abstract = "IntroductionNumerous publications concerning the efficacy of Gamma Knife radiosurgery (GKRS) on vestibular schwannoma (VS) report control rates of approximately 90{\%}. However, it is largely unknown why treatment failed in the other 10{\%} of cases. We started a large project 4 years ago, investigating the factors that may influence the efficacy of GKRS on VS. The objective is to develop a model that can a priori predict the GKRS outcome on an individual basis. Material and methodsA dataset was created containing all VS patients treated with GKRS, excluding NF2 and previously treated patients, with a follow-up of at least 3 years. We included (1) demographic factors, (2) technical treatment-related factors (dose to 90-100{\%} of the tumor volume, peak dose, number of iso-centers, beam-on time, conformity-, selectivity-, and gradient index), and (3) tumor-related factors (tumor volume, pre-treatment growth rate, MRI characteristics related to tumor texture). Correlation was determined between these factors and the volumetric treatment response using statistical and machine-learning methods.ResultsThe dataset contains 795 patients treated between 2002 and 2015, with a median follow-up of 62 months. The 10-year tumor control rate was 88.8{\%}. We did not find correlation between tumor control rate and demographic- and treatment-related factors. These results indicate that differences in tumor biology may be responsible for observed differences in treatment outcome. These differences will most likely be expressed in different growth rates and variations in MRI tumor appearance, i.e. tumor texture. Indeed, pre-treatment growth rates indicate a statistically significant effect: treating slow-growing tumors is more successful than their fast-growing counterparts. Tumor texture was quantified by calculating mean MRI intensity and features based on gray-level co-occurrence matrices. Using these features, we developed a model to predict volumetric changes such as transient tumor enlargement (TTE) and long-term tumor control. For TTE we obtained a prediction accuracy of 80{\%} and pilot studies evaluating long-term tumor control show promising results, obtaining 85{\%} accuracy. ConclusionResults from this large project indicate that variations in tumor biology are responsible for the differences observed in the GKRS outcome on VS. Quantifying MRI tumor texture can lead to powerful tools for predicting treatment outcome on an individual basis.",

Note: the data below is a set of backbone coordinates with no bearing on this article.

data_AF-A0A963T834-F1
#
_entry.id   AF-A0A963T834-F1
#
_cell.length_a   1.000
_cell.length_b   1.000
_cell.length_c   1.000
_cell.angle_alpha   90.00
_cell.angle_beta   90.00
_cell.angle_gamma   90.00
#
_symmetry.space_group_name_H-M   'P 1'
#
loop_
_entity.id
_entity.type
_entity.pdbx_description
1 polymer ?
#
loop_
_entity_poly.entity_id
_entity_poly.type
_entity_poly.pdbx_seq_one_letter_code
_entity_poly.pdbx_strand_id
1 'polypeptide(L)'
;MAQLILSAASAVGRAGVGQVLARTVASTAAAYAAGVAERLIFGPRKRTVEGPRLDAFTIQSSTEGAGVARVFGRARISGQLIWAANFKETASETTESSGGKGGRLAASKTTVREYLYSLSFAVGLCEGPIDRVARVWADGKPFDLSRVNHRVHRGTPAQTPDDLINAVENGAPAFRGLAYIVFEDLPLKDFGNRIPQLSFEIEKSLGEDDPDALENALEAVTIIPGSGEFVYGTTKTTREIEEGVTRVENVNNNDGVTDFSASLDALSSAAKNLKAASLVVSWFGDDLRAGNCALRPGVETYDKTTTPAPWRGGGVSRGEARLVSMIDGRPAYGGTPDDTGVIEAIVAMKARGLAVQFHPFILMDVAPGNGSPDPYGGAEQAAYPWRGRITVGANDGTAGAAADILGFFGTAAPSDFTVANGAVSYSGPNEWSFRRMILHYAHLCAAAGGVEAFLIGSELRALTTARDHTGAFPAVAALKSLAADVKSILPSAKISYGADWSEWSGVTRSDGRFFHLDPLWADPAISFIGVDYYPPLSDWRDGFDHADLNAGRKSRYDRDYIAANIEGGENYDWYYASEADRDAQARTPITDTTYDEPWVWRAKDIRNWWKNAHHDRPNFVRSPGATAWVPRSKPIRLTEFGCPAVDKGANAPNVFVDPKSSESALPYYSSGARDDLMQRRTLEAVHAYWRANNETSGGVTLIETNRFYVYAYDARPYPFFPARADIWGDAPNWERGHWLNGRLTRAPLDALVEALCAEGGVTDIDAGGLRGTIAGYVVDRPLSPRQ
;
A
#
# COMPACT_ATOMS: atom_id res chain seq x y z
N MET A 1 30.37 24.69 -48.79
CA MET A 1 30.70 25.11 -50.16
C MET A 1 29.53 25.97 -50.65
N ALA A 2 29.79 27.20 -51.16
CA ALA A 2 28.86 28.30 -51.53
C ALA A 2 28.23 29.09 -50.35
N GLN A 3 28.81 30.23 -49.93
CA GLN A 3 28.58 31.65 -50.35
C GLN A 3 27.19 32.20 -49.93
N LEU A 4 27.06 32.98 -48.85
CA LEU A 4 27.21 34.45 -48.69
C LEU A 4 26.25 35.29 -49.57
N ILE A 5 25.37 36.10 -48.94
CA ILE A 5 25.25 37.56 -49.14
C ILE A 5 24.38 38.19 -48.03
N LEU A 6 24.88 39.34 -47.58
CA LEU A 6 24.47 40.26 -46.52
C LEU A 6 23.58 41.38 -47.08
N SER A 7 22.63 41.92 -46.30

author = "P.P.J.H. Langenhuizen and Sveta Zinger and Sieger Leenstra and {de With}, Peter and H.B. Verheul",